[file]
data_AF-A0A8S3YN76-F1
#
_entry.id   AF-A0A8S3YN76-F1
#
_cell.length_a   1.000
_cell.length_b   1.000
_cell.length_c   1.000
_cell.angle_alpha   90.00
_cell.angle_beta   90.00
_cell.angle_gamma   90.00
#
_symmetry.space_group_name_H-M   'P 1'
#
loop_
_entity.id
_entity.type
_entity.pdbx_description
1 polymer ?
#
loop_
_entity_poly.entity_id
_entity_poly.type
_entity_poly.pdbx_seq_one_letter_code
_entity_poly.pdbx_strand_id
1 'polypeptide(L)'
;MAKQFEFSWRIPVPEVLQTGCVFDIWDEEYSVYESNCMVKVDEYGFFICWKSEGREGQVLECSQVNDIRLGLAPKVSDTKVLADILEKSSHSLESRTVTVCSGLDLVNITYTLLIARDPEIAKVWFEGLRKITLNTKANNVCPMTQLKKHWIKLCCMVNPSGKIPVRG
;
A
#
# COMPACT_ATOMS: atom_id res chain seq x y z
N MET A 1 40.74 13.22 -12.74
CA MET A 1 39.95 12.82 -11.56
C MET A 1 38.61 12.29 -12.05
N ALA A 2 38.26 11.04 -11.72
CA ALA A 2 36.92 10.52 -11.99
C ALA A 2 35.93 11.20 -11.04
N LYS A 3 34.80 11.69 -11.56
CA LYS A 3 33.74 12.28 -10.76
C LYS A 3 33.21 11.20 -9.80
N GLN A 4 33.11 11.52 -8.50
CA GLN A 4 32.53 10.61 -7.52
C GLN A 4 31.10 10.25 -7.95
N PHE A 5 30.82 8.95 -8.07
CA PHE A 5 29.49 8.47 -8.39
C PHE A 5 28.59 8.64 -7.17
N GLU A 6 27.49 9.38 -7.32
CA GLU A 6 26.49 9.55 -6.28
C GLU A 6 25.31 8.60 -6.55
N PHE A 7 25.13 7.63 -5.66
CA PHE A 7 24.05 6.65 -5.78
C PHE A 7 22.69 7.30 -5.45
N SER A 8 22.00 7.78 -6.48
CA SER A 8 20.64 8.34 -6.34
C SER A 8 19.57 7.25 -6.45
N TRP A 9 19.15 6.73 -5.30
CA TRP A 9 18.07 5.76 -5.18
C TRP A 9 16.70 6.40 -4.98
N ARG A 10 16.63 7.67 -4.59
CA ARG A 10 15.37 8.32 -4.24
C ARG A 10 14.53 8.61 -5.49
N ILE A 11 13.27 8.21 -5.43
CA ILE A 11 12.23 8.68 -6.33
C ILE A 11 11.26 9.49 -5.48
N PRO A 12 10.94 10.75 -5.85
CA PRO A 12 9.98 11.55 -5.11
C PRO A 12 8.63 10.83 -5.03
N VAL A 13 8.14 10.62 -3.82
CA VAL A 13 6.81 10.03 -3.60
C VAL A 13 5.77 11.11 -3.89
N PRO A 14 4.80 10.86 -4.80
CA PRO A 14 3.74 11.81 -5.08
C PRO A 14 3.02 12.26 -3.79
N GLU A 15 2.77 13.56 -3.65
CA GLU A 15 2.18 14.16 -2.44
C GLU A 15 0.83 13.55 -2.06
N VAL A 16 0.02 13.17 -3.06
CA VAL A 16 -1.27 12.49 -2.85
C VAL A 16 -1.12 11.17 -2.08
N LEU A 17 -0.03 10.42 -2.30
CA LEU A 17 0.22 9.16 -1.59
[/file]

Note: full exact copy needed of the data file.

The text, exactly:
data_AF-A0A8S3YN76-F1
#
_entry.id   AF-A0A8S3YN76-F1
#
_cell.length_a   1.000
_cell.length_b   1.000
_cell.length_c   1.000
_cell.angle_alpha   90.00
_cell.angle_beta   90.00
_cell.angle_gamma   90.00
#
_symmetry.space_group_name_H-M   'P 1'
#
loop_
_entity.id
_entity.type
_entity.pdbx_description
1 polymer ?
#
loop_
_entity_poly.entity_id
_entity_poly.type
_entity_poly.pdbx_seq_one_letter_code
_entity_poly.pdbx_strand_id
1 'polypeptide(L)'
;MAKQFEFSWRIPVPEVLQTGCVFDIWDEEYSVYESNCMVKVDEYGFFICWKSEGREGQVLECSQVNDIRLGLAPKVSDTKVLADILEKSSHSLESRTVTVCSGLDLVNITYTLLIARDPEIAKVWFEGLRKITLNTKANNVCPMTQLKKHWIKLCCMVNPSGKIPVRG
;
A
#
# COMPACT_ATOMS: atom_id res chain seq x y z
N MET A 1 40.74 13.22 -12.74
CA MET A 1 39.95 12.82 -11.56
C MET A 1 38.61 12.29 -12.05
N ALA A 2 38.26 11.04 -11.72
CA ALA A 2 36.92 10.52 -11.99
C ALA A 2 35.93 11.20 -11.04
N LYS A 3 34.80 11.69 -11.56
CA LYS A 3 33.74 12.28 -10.76
C LYS A 3 33.21 11.20 -9.80
N GLN A 4 33.11 11.52 -8.50
CA GLN A 4 32.53 10.61 -7.52
C GLN A 4 31.10 10.25 -7.95
N PHE A 5 30.82 8.95 -8.07
CA PHE A 5 29.49 8.47 -8.39
C PHE A 5 28.59 8.64 -7.17
N GLU A 6 27.49 9.38 -7.32
CA GLU A 6 26.49 9.55 -6.28
C GLU A 6 25.31 8.60 -6.55
N PHE A 7 25.13 7.63 -5.66
CA PHE A 7 24.05 6.65 -5.78
C PHE A 7 22.69 7.30 -5.45
N SER A 8 22.00 7.78 -6.48
CA SER A 8 20.64 8.34 -6.34
C SER A 8 19.57 7.25 -6.45
N TRP A 9 19.15 6.73 -5.30
CA TRP A 9 18.07 5.76 -5.18
C TRP A 9 16.70 6.40 -4.98
N ARG A 10 16.63 7.67 -4.59
CA ARG A 10 15.37 8.32 -4.24
C ARG A 10 14.53 8.61 -5.49
N ILE A 11 13.27 8.21 -5.43
CA ILE A 11 12.23 8.68 -6.33
C ILE A 11 11.26 9.49 -5.48
N PRO A 12 10.94 10.75 -5.85
CA PRO A 12 9.98 11.55 -5.11
C PRO A 12 8.63 10.83 -5.03
N VAL A 13 8.14 10.62 -3.82
CA VAL A 13 6.81 10.03 -3.60
C VAL A 13 5.77 11.11 -3.89
N PRO A 14 4.80 10.86 -4.80
CA PRO A 14 3.74 11.81 -5.08
C PRO A 14 3.02 12.26 -3.79
N GLU A 15 2.77 13.56 -3.65
CA GLU A 15 2.18 14.16 -2.44
C GLU A 15 0.83 13.55 -2.06
N VAL A 16 0.02 13.17 -3.06
CA VAL A 16 -1.27 12.49 -2.85
C VAL A 16 -1.12 11.17 -2.08
N LEU A 17 -0.03 10.42 -2.30
CA LEU A 17 0.22 9.16 -1.59